In 2016, David Romano, Professor of Middle East Politics said that without the YPG and the Peshmerga, the Assyrians of northern Syria and Iraq would all likely be dead, lying in some jihadist-dug mass grave.[21]

The Assyrian International News Agency claimed that the Kurds have annexed Assyrian, Yazidi and Shabak villages and which now under Kurdish Control in North Iraq.[22][23] Assyrian politicians of Iraqi Kurdistan have also claimed that some towns have been replaced with Kurdish ones.[22]

See also


  1. Al-Ali, Pratt, Nadje Sadig, Nicola Christine (2009). What kind of liberation?: women and the occupation of Iraq. University of California Press. p. 109. ISBN 978-0-520-25729-0.
  2. Preti Taneja, Minority Rights Group International (2007). Assimilation, exodus, eradication: Iraq's minority communities since 2003. Minority Rights Group International. p. 19.
  3. "Overcrowding and Kurdification threaten Christians in northern Iraq" (AsiaNews, October 2007)
  5. 1 2 Rebecca Collard / Makhmour. "Kurds and Sunni Arabs Fall Out in the Wake of ISIS Fight". TIME.com. Retrieved 23 April 2016.
  6. 1 2 https://www.middleeastmonitor.com/articles/middle-east/14007-assyrians-need-protection-from-islamisation-and-kurdification
  7. "Iraqi PM: President Barzani told me Kurds have no territorial ambitions in Nineveh". Rudaw. Retrieved 15 November 2016.
  8. "http://www.iraqinews.com/baghdad-politics/us-ambassador-confident-peshmerga-return-post-mosul-offensive-locations/". Retrieved 15 November 2016. External link in |title= (help)
  9. https://www.middleeastmonitor.com/articles/middle-east/14007-assyrians-need-protection-from-islamisation-and-kurdification, Haaretz newspaper on 24 December 2010
  10. 1 2 "Assyrians of Iraq and the Nineveh Plain Conspiracy". Retrieved 23 April 2016.
  11. Ghanim, David. Iraq's Dysfunctional Democracy. p. 34.
  12. "Cable: 06BAGHDAD3283_a". Retrieved 23 April 2016.
  13. Ismail, Mirza (2008-12-01). "The Kurdish Threat to The Yezidis of North Iraq". Assyrian International News Agency. Archived from the original on 2008-12-23. Retrieved 26 March 2015.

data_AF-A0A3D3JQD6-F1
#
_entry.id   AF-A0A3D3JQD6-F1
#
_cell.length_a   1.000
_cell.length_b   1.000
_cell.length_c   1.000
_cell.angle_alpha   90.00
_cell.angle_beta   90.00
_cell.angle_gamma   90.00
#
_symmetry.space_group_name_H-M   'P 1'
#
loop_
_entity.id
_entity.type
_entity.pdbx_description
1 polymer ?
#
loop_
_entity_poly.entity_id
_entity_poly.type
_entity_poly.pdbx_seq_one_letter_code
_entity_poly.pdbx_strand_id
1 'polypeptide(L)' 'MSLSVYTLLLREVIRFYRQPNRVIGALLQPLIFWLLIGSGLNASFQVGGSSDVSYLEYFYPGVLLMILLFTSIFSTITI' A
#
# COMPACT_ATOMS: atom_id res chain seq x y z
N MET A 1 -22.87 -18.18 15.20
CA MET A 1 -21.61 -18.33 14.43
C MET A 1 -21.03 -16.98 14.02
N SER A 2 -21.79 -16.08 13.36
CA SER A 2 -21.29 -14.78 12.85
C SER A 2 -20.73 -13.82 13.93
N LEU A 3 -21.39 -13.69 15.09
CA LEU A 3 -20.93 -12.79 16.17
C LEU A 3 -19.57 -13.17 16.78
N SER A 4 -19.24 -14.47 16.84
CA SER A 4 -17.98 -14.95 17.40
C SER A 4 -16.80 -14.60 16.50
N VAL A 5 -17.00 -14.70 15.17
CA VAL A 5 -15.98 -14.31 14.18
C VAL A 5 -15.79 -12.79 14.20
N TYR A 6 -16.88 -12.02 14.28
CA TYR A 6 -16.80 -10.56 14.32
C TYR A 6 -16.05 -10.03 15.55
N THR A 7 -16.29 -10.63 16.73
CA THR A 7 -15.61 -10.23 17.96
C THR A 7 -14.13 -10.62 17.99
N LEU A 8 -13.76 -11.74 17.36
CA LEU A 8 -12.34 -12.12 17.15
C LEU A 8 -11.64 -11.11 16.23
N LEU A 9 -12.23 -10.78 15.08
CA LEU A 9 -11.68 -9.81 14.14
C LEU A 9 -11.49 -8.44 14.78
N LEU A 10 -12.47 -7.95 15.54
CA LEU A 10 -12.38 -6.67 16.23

14. "Hizballah Cavalcade: Quwat Sahl Nīnawā: Iraq's Shia Shabak Get Their Own Militia". JIHADOLOGY: A clearinghouse for jihādī primary source material, original analysis, and translation service. Retrieved 23 April 2016.
  15. "Iraq's Shabaks Are Being Oppressed By Kurds". Retrieved 23 April 2016.
  16. "Iraqi Turkmen take up arms in Kirkuk - Al-Monitor: the Pulse of the Middle East". Al-Monitor. Retrieved 23 April 2016.
  17. "The Hero Yazidis Hope Will Save Them". The Daily Beast. Retrieved 23 April 2016.
  18. Matt Cetti-Roberts. "Inside the Christian Militias Defending the Nineveh Plains — War Is Boring". Medium. Retrieved 23 April 2016.
  19. "The Nineveh Plain Protection Units". Retrieved 23 April 2016.
  20. "Iraqi Kurdistan Must Ensure Minority Rights - Al-Monitor: the Pulse of the Middle East". Al-Monitor. Retrieved 23 April 2016.
  21. "http://rudaw.net/english/opinion/21012016?ctl00_phMainContainer_phMain_ControlComments1_gvCommentsChangePage=3_20". rudaw.net. Retrieved 5 May 2016. External link in |title= (help)
  22. 1 2 "Assyrian, Yezidi and Shabak Villages Are Now Under Kurdish Control in North Iraq". Retrieved 23 April 2016.
  23. "Kurds Build Cemetery, Park in Heart of Assyrian Area in Turkey". Retrieved 23 April 2016.